Summer Hull at The Points Guy argues that airlines shouldn’t serve alcohol on planes during the pandemic because alcohol tempts people to drink more than they would if they only had non-alcoholic beverages, which means less mask wearing.
If you’re drinking water, you’ll probably take a sip or two to rehydrate and then are done for a while and can put your mask back on. …Unless you’re in a beer-guzzling contest, however, the entire point of an adult beverage is usually to sip and enjoy it over time — which is exactly what some people are doing.
Coach cabins don’t have alcohol on domestic flights today. This is cost savings masked as Covid protection (eliminating cash sales). We haven’t seen greater virus spread in domestic first class cabins, and we don’t see virus spread from business class cocktails. Tomato juice doesn’t carry a greater risk of virus transmission when you add vodka. Indeed screwdrivers are good sources of vitamin D, which appears to be protective against Covid-19, or at a minimum against bad outcomes from it.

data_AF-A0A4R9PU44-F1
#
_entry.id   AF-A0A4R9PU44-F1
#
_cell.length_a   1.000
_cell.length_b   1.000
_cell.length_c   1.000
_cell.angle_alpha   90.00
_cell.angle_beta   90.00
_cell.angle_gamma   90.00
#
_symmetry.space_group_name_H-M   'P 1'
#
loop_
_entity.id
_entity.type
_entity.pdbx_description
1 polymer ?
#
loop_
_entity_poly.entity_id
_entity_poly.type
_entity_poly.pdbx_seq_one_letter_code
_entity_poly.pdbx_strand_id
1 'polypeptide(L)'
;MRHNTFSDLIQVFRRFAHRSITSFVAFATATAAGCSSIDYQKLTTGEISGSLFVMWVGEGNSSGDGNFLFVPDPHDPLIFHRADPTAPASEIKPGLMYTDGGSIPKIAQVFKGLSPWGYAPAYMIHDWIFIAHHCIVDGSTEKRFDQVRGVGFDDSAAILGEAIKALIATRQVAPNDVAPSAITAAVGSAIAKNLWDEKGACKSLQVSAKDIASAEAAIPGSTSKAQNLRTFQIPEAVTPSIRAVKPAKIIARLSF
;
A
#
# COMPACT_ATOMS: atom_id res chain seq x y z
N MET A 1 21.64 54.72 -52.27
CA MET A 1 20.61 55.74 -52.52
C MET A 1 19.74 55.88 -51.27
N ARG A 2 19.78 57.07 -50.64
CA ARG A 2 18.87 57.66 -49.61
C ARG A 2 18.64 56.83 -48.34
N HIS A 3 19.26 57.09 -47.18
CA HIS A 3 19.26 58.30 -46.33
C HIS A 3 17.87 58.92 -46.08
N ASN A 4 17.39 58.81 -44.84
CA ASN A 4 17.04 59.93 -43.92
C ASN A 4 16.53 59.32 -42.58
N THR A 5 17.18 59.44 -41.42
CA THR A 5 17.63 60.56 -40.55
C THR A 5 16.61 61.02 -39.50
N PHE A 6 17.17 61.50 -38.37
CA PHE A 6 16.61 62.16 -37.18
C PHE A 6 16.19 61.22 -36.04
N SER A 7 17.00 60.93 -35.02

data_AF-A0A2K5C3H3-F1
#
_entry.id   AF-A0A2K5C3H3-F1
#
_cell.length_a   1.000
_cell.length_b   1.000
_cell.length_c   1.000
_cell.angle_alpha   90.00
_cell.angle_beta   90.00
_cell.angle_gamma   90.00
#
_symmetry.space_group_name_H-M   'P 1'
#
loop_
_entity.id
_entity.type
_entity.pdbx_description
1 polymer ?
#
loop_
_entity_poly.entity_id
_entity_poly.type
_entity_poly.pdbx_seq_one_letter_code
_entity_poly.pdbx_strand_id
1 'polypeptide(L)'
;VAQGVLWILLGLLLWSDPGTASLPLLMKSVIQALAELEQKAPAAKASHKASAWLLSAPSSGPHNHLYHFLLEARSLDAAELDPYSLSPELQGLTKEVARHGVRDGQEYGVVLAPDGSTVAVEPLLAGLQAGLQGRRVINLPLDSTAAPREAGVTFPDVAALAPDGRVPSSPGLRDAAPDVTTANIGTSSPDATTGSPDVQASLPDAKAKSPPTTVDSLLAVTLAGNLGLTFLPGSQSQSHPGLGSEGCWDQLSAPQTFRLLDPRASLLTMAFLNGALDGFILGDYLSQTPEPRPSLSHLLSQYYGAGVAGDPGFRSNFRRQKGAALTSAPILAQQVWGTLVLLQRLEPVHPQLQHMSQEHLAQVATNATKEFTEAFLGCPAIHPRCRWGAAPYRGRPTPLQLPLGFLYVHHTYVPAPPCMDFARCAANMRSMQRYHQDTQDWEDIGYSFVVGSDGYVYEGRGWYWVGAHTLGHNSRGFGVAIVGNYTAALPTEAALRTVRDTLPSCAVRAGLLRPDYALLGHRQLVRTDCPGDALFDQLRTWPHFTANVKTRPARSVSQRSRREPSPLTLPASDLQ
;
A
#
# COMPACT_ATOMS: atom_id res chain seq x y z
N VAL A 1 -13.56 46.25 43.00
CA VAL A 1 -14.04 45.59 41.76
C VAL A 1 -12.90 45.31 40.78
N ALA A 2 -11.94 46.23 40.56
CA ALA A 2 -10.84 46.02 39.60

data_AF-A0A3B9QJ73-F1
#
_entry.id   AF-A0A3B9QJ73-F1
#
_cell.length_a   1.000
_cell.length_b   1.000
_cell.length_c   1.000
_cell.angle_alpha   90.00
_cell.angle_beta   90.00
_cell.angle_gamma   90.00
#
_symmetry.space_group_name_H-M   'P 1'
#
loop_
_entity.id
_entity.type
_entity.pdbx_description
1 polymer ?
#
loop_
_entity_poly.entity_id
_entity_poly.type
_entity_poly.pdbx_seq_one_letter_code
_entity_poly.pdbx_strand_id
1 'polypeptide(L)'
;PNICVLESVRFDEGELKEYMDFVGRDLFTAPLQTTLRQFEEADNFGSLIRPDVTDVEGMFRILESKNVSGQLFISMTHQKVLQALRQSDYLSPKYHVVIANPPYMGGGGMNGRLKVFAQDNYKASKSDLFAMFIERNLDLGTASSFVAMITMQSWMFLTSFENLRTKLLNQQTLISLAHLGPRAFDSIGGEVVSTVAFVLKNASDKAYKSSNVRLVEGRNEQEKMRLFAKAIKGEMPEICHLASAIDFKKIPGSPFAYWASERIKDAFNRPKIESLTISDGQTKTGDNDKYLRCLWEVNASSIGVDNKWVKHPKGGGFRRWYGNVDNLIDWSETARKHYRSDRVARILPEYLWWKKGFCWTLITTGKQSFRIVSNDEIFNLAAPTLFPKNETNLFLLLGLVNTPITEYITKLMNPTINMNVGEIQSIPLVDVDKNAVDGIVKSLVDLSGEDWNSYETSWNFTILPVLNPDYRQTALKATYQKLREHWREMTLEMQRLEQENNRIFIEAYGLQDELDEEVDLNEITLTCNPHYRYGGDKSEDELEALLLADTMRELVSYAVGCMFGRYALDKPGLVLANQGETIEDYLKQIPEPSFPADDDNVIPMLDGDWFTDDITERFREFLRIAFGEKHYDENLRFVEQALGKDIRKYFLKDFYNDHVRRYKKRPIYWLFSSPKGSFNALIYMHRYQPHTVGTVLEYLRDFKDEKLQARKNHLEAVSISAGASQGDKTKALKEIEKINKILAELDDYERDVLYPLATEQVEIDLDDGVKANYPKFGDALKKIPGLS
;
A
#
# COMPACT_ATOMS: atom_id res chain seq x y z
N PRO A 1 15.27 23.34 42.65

Another argument against inflight drinking – that Summer does not make – is that it creates a greater risk of bad behavior among passengers. But the risk of drinking too much during air travel is reduced with fewer venues open in airports to drink before flights. Drinking on planes always comes with some risk of drunk passengers behaving badly but that risk is actually lower now, with so many places closed it’s tough to pre-game.
While it’s possible to nurse a drink as an excuse not to wear a mask, someone looking not to wear one doesn’t need alcohol to do that. It’s just as easy to nurse a water or a can of pringles.
Indeed, here’s Senator Ted Cruz nursing a coffee without a mask.
If you do think that people are more likely to nurse a cocktail than a Starbucks, though, isn’t that just an argument for flight attendants offering shots?
Of course if we offered rapid testing – highly accurate, even if not to the extent of a PCR test but with results in 15 minutes – this would all be a non-issue since we’d be confident we weren’t traveling with others who had the virus. And with home strip tests, tied to an app, people could show their results daily and we’d be able to drink in bars, too. The primary obstacle to this isn’t technology, it’s the FDA.